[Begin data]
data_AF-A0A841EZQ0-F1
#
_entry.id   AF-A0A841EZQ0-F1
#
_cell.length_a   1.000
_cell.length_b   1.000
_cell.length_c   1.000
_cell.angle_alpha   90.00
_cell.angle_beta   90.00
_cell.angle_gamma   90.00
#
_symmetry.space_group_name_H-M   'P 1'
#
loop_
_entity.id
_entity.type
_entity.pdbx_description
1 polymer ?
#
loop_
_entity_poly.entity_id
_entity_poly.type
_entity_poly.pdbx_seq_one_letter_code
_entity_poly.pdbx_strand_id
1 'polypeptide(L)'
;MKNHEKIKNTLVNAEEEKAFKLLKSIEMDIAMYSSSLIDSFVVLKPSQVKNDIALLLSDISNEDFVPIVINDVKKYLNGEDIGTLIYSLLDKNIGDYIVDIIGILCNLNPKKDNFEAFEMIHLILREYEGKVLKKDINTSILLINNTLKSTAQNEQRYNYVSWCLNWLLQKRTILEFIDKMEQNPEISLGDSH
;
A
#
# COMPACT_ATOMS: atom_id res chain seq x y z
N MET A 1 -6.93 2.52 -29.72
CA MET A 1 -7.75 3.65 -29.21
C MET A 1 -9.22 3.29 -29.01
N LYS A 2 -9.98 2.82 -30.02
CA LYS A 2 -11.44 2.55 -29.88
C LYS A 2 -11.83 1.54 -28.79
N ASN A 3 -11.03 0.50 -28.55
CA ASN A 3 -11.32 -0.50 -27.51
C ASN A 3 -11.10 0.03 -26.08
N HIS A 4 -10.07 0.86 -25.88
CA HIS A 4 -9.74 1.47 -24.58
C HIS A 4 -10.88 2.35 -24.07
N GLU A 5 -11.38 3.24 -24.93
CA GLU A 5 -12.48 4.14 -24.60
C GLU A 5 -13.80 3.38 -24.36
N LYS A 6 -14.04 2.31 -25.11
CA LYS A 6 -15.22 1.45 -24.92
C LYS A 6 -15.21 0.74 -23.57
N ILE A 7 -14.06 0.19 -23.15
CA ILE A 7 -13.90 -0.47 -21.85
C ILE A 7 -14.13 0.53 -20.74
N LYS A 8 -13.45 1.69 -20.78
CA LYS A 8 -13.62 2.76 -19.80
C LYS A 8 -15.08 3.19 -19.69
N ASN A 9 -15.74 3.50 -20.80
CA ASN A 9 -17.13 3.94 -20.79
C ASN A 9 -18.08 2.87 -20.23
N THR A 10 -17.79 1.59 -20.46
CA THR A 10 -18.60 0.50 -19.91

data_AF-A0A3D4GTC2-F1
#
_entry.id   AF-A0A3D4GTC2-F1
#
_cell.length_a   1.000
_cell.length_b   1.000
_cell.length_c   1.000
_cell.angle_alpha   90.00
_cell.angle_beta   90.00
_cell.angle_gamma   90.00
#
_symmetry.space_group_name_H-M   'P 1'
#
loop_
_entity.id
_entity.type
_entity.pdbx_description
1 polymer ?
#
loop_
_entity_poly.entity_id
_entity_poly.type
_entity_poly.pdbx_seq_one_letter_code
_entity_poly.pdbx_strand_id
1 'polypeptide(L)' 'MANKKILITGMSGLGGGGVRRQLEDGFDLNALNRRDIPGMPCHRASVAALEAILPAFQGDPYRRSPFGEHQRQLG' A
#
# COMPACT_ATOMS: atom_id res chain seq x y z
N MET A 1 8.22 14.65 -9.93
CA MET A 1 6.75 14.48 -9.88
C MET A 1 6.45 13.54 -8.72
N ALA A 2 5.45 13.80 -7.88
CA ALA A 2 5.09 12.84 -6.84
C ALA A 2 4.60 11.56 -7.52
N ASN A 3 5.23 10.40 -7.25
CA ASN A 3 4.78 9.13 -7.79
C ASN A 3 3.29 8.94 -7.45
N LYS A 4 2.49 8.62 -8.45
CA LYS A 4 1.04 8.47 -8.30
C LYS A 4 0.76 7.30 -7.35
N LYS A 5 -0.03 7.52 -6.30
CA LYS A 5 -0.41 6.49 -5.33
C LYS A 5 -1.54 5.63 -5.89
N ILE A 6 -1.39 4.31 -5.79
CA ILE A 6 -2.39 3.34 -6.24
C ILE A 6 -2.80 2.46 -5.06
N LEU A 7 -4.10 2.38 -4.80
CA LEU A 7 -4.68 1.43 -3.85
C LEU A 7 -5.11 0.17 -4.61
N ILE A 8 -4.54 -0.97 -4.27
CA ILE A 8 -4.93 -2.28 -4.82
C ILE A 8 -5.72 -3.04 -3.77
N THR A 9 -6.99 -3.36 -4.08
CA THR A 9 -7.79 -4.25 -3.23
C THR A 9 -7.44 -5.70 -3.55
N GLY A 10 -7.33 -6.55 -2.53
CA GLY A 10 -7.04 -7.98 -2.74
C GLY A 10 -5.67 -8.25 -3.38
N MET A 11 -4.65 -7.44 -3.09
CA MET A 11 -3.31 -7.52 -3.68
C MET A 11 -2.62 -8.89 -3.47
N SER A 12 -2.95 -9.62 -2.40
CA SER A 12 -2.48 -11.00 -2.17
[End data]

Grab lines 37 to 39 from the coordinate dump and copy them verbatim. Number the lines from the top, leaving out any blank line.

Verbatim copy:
N ASN A 3 -11.03 0.50 -28.55
CA ASN A 3 -11.32 -0.50 -27.51
C ASN A 3 -11.10 0.03 -26.08